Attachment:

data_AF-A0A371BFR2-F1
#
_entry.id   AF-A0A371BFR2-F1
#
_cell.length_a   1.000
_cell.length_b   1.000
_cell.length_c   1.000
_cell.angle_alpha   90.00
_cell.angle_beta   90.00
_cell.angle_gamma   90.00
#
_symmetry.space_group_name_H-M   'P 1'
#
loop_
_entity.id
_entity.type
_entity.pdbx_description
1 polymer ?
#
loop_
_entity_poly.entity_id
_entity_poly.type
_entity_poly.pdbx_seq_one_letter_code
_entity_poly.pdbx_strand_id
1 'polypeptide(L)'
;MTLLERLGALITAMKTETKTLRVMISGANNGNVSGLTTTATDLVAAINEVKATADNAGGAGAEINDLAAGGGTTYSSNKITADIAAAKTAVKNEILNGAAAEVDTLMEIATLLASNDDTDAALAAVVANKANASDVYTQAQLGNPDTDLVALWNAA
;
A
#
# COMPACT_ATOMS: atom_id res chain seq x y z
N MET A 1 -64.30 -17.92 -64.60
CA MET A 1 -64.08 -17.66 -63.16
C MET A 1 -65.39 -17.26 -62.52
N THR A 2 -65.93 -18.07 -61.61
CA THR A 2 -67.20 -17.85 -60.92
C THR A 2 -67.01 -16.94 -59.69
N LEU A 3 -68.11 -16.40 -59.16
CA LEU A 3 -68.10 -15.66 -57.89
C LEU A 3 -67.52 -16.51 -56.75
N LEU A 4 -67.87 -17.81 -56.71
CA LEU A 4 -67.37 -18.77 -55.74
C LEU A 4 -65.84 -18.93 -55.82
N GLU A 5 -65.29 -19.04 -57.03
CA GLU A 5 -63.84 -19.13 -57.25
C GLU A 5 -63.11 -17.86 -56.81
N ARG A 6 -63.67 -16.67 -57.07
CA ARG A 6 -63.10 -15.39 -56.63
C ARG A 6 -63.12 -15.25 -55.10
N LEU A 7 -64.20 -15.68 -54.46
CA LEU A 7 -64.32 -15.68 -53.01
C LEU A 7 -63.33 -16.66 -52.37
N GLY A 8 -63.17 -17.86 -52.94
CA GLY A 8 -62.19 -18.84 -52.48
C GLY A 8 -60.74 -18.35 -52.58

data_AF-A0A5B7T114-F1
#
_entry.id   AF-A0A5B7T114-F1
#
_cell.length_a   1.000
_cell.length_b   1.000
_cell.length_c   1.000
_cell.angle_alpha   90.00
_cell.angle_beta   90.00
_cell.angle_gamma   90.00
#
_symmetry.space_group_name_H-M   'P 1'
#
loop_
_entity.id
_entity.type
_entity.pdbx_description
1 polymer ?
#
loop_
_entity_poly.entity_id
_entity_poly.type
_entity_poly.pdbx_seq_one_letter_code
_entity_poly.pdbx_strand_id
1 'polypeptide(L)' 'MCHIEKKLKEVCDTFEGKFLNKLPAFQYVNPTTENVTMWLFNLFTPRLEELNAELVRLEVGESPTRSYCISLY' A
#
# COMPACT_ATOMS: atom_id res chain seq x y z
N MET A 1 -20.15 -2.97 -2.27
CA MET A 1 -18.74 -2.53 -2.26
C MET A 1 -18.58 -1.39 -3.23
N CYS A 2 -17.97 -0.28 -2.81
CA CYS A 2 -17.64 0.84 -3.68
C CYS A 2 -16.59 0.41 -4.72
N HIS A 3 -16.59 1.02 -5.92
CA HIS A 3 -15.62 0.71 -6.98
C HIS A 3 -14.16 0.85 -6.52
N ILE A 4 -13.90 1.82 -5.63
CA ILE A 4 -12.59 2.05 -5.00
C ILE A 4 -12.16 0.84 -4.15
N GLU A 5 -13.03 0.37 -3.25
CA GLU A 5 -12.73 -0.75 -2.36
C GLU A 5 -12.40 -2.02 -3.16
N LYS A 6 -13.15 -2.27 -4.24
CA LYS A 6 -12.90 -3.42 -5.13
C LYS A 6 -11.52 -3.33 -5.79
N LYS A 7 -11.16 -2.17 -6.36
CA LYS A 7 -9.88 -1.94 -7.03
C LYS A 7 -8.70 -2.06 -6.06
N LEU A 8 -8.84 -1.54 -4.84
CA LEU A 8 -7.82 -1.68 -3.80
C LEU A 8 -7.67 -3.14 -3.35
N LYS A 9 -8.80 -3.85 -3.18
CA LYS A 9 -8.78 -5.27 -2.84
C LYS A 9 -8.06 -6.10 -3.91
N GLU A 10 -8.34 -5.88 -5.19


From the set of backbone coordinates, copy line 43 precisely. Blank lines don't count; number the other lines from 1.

N GLU A 5 -65.29 -19.04 -57.03